2. WHAT IS THE IMPORTANCE OF BUCKLING PRESSURE DURING GROUTING?

    Buckling pressure during grouting is one set of loading circumstances that should be considered, but not the only one. It can develop in different ways and is often misunderstood. Contech is occasionally asked what the buckling pressure is for a sliplining pipe product, and our first response is, “What will your grouting process look like?”. If the new pipe is to be floated to the top of the host and then grouted evenly and all at once, buckling pressure is an important aspect. The pressure may be from the bottom, it may be at the grout port being used, or it may be at the downstream end where fluid pressures could be the greatest. One should distinguish between collapse pressures and local buckling pressures.

    What we often provide is a pressure that generates 1% or 2% deflection, but that pressure is rarely seen. Instead, we lobby for letting gravity move the grout during all but the last lift. A grout that is very fluid (10” or more for slump) is preferred. We also look at buoyant loads that must be countered in order to maintain the position of the new pipe (for drainage pipes the invert grade and elevations are usually trying to be preserved so floating to the crown of the host isn’t an option).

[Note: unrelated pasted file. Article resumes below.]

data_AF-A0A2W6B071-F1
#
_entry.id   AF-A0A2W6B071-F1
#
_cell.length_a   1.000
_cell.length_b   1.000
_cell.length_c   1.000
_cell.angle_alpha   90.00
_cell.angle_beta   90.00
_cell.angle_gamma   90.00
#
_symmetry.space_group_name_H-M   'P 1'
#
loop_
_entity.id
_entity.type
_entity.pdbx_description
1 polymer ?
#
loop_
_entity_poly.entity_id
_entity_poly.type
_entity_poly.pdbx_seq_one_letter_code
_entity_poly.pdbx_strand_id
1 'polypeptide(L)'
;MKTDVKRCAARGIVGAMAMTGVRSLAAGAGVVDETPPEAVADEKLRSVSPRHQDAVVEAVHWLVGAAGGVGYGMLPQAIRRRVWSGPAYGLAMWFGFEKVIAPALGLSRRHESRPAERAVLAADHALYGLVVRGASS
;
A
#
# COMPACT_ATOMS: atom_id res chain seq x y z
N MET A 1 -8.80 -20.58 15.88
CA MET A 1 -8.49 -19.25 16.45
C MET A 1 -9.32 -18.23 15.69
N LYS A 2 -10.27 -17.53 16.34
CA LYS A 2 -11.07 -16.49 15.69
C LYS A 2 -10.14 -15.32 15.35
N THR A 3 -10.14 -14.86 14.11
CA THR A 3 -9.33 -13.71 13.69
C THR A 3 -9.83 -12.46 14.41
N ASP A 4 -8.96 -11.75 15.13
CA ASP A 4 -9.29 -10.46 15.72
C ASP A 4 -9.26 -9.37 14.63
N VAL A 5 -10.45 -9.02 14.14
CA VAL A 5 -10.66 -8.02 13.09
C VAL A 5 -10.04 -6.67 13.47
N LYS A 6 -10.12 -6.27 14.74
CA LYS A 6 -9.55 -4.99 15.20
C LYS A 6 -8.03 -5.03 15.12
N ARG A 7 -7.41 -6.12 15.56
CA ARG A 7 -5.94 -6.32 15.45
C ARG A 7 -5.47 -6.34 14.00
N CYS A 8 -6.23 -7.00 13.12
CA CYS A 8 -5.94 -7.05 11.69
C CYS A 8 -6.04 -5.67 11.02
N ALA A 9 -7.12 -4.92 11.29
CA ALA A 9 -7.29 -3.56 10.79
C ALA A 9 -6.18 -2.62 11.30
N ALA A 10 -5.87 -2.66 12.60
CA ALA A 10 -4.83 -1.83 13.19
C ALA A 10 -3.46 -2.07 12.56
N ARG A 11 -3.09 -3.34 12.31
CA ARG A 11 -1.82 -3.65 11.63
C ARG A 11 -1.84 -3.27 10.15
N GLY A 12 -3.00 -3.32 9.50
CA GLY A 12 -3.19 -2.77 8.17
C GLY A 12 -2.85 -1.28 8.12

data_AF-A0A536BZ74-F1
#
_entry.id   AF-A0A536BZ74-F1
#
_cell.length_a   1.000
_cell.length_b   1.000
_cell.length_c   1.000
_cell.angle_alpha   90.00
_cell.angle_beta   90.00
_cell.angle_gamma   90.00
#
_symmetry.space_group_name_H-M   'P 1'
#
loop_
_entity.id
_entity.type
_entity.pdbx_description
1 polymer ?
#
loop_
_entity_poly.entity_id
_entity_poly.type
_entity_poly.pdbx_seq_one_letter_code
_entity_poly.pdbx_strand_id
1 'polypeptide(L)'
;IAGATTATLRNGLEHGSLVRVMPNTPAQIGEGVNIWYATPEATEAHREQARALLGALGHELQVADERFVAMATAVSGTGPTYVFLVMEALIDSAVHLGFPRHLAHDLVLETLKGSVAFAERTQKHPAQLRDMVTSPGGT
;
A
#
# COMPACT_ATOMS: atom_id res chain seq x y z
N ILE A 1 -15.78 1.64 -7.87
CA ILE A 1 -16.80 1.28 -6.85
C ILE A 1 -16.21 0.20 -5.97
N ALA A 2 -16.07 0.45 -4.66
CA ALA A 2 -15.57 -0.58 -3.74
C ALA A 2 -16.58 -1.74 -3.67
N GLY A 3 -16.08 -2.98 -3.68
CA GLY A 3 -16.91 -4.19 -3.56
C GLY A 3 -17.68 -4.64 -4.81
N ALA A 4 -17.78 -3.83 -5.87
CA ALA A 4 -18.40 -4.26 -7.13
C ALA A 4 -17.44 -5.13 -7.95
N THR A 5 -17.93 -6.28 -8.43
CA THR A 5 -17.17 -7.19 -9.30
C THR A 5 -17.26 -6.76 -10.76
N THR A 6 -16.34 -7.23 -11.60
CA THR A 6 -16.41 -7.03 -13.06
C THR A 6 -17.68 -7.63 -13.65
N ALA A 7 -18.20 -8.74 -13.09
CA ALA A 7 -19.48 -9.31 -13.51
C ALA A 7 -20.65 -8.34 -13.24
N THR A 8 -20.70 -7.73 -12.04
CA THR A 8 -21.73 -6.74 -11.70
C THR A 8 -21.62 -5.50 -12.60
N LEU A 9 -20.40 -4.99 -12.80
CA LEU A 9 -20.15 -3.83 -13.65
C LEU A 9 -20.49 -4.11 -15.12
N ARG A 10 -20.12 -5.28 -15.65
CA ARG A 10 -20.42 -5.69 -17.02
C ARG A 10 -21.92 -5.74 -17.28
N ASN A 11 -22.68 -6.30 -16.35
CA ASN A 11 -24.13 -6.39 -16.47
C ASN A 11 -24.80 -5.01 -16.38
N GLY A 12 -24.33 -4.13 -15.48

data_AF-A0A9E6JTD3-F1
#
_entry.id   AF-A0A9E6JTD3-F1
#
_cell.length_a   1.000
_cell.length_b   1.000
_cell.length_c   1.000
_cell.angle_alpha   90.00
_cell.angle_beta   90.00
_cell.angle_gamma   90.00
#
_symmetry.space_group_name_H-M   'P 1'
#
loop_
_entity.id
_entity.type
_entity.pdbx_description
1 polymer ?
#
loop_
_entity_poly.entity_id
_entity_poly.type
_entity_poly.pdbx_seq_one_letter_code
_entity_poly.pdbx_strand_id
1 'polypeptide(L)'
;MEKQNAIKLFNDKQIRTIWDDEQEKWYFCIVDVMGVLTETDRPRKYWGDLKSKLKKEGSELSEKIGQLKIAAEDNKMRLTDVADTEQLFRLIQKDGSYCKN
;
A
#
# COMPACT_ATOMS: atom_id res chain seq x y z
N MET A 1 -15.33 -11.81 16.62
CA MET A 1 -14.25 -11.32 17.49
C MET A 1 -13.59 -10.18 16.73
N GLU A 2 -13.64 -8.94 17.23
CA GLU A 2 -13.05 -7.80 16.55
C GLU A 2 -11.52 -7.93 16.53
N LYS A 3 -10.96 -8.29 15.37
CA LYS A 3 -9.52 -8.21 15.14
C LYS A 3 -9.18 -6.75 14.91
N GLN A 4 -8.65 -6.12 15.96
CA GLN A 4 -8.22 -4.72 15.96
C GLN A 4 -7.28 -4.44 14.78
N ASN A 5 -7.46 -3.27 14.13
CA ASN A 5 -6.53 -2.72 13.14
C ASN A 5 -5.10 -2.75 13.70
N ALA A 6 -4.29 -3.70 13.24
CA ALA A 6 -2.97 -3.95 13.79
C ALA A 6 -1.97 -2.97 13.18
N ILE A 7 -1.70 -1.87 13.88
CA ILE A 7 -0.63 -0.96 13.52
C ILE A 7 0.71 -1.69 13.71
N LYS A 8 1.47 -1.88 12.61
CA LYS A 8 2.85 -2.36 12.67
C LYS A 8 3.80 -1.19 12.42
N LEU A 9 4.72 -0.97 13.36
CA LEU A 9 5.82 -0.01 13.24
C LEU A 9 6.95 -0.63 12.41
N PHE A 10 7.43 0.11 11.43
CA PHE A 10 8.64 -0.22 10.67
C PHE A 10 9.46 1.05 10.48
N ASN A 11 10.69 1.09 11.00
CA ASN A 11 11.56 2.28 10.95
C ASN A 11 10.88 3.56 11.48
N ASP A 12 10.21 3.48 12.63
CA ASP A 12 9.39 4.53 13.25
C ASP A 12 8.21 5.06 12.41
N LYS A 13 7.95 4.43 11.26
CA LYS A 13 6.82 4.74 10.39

As a rule of thumb we don’t like to see live grouting pressures (during pumping) at the nozzle greater than 5 psi. At the pump it can be higher but keep in mind the pressure level anywhere other than that felt by the new pipe, can be unimportant. Also, many grout pumps don’t have a pressure.. For any reline situation involving grout, allowable buckling (or deflection pressure) is only part of the set of limits to be evaluated.


  3. HOW DO YOU GROUT AROUND THE SLIP LINED PIPE?